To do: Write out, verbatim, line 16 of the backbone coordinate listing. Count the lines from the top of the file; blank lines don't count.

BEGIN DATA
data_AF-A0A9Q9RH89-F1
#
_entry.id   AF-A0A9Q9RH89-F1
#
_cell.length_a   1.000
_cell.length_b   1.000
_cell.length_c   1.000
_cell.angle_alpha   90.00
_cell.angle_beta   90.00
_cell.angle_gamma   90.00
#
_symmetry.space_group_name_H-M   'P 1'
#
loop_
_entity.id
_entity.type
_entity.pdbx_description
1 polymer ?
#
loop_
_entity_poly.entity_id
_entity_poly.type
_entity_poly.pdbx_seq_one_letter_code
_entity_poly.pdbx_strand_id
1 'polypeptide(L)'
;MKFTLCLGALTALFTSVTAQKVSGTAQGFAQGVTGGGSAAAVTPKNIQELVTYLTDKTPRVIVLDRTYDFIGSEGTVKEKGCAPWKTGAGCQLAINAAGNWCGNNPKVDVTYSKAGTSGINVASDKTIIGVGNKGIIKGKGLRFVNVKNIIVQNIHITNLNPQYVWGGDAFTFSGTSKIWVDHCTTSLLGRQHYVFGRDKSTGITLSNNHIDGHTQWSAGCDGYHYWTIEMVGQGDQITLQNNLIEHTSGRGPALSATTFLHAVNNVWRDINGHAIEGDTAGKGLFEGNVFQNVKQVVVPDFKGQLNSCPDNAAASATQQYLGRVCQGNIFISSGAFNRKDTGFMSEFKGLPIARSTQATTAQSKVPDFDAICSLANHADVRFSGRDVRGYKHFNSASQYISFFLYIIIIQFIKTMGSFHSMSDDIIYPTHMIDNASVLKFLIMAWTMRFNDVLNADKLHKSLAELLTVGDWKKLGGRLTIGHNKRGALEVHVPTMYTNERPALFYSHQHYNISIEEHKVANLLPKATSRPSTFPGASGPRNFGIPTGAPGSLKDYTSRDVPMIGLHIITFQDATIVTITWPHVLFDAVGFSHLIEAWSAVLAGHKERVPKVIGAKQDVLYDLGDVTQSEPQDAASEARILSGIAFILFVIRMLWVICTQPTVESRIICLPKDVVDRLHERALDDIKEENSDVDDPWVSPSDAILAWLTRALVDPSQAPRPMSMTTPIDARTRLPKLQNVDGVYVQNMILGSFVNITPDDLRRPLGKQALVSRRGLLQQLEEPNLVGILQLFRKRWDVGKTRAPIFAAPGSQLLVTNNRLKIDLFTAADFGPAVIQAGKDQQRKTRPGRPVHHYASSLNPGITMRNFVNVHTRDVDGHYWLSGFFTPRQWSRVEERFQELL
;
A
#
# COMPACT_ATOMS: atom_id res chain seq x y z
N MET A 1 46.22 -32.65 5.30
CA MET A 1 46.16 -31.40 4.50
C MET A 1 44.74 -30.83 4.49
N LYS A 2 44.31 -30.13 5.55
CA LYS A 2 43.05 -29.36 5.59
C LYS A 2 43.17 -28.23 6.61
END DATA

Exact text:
_entity.type